Diabetes mellitus (diabetes) is a disease that occurs most often in cats older than seven. It develops when an absolute or relative deficiency of the pancreatic hormone insulin occurs, interfering with the normal transport and utilization of glucose (blood sugar).
Diabetes mellitus in cats is identical to the disease that occurs in people and in dogs, sometimes called “sugar diabetes.” Signs of diabetes mellitus include increased drinking and urination and increased appetite. As the disease progresses weight loss occurs despite the increased appetite. Eventually, lethargy, vomiting, diarrhea, rapid respiration, weakness, and complete collapse will occur in untreated cats.
A veterinarian can confirm the diagnosis of diabetes mellitus by a combination of blood and urine glucose tests.
TREATMENT OF DIABETES MELLITUS
Treatment includes controlled feeding of special reduced calorie or high fiber diets and the administration of insulin. Oral drugs used to lower blood sugar in humans are occasionally used in treatment of cats.
Traditionally insulin has been given by injection, but other methods of administration such as implantable insulin pumps or permeable insulin administration units may be available when the cost is not prohibitive. Veterinarians train owners of cats who require ongoing insulin administration to control blood sugar levels to give the injections at home.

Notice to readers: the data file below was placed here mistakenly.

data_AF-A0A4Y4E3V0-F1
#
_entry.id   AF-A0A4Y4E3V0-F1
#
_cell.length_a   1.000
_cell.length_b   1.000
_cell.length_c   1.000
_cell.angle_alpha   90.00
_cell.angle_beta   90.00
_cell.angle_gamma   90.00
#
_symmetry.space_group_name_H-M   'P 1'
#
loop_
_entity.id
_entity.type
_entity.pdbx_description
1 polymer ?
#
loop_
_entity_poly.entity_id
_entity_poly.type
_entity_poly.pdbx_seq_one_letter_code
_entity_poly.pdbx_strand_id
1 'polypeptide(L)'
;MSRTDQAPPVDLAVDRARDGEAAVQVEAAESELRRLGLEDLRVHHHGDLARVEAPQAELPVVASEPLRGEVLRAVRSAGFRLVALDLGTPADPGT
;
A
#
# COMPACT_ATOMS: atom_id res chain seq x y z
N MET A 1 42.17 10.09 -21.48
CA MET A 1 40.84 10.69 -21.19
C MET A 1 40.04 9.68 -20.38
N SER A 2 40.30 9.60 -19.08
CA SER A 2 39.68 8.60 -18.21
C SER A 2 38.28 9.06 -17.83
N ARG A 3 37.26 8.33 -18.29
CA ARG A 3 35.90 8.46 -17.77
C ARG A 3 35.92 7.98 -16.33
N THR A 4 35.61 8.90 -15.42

PREVENTION OF DIABETES MELLITUS
Diabetes has been shown to be more prevalent in obese cats and in neutered male cats (who are often allowed to become obese). It is also more prevalent in cats who have been given certain drugs such as adrenocorticosteroids or progesterone-like drugs that are sometimes used to treat certain behavioral problems or skin diseases.
Cats weighing more than 15 pounds (6.8 kg) are twice as likely to become diabetic than those weighing less, and many diabetic cats blood sugar levels return to normal when they are treated with diet restriction and weight reduction alone. Help prevent diabetes in your older cat by avoiding unnecessary drug administration and by maintaining a normal weight. (For information on weight reduction.)